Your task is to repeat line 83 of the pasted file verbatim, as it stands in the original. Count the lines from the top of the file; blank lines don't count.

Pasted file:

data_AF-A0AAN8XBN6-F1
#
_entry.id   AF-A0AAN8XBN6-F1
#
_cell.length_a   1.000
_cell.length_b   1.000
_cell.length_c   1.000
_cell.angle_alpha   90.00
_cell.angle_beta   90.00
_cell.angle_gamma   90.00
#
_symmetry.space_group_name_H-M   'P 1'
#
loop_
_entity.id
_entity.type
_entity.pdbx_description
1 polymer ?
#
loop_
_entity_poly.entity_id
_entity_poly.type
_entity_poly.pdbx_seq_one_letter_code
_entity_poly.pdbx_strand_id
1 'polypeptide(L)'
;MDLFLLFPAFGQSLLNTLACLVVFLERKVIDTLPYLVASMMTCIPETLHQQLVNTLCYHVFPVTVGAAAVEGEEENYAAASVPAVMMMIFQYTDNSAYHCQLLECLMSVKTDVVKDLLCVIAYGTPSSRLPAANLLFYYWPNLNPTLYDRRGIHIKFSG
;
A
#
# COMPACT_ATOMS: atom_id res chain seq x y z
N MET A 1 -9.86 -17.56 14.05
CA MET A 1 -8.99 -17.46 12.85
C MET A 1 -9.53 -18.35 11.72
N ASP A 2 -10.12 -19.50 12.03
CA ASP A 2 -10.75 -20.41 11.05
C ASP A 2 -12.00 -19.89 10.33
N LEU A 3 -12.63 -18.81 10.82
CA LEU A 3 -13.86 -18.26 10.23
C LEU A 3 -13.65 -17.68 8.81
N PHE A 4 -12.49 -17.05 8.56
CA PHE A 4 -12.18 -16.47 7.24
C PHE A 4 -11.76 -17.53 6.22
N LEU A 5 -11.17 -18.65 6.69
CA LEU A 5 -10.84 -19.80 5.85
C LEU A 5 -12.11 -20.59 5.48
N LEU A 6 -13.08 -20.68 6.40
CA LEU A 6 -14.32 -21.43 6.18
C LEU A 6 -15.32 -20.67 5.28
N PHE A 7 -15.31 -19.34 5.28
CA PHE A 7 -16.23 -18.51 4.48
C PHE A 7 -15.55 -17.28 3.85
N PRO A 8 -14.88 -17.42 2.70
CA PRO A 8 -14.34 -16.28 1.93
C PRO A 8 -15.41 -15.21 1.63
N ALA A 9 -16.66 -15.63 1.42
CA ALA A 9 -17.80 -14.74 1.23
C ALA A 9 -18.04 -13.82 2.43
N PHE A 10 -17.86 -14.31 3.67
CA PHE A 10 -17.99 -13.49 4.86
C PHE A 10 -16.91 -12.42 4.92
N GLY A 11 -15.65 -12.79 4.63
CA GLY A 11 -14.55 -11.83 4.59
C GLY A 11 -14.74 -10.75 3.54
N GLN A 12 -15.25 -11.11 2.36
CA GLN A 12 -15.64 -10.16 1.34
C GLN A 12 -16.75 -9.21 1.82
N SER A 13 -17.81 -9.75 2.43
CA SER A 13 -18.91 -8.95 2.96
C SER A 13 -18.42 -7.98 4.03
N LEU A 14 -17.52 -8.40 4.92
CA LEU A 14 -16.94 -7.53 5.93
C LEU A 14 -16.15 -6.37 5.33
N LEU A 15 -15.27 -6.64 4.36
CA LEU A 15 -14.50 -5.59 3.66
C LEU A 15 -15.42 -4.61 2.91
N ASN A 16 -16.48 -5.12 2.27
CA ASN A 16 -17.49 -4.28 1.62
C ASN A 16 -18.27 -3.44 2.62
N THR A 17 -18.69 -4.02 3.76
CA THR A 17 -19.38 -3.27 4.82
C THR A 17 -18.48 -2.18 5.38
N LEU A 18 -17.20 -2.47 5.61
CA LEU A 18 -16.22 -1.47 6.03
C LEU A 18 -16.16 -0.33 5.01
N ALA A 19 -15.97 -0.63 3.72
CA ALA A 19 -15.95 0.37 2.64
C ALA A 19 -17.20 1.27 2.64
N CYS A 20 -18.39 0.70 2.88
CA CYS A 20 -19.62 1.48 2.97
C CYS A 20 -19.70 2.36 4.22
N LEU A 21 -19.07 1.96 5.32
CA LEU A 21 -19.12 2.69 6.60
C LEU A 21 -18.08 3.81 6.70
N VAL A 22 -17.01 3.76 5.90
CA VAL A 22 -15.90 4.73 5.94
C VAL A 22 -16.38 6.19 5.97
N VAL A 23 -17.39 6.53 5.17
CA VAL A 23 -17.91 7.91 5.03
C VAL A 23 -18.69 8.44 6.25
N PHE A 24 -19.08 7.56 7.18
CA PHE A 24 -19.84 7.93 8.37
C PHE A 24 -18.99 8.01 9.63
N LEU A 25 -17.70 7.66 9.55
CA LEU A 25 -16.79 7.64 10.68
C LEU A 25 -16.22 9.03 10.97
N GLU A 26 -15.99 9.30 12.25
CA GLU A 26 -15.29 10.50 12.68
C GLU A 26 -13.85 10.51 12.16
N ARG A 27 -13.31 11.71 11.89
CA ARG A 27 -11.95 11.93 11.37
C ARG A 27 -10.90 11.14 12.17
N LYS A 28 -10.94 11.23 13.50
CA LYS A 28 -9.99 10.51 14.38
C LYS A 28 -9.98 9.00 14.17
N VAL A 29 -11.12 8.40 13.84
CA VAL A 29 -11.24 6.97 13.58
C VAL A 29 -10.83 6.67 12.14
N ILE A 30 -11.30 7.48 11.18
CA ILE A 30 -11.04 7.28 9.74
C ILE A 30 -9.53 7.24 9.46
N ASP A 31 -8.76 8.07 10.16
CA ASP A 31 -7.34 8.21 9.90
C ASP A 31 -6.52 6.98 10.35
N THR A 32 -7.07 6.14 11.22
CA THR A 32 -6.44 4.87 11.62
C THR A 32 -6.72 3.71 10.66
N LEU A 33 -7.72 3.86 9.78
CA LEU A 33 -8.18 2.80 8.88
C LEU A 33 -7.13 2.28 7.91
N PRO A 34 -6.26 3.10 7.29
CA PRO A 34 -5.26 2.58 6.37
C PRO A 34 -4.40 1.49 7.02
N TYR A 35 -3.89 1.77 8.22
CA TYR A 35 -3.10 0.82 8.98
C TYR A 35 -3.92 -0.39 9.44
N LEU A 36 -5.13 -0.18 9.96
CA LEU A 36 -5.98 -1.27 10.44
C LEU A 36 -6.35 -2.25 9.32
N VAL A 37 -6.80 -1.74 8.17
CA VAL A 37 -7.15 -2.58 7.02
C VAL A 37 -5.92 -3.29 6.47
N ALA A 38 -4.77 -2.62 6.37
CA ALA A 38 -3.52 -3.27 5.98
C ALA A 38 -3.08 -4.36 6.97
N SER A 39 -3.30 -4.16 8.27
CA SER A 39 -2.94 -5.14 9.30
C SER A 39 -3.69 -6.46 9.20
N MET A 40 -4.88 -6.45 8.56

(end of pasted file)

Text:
CA LEU A 18 -16.22 -1.47 6.03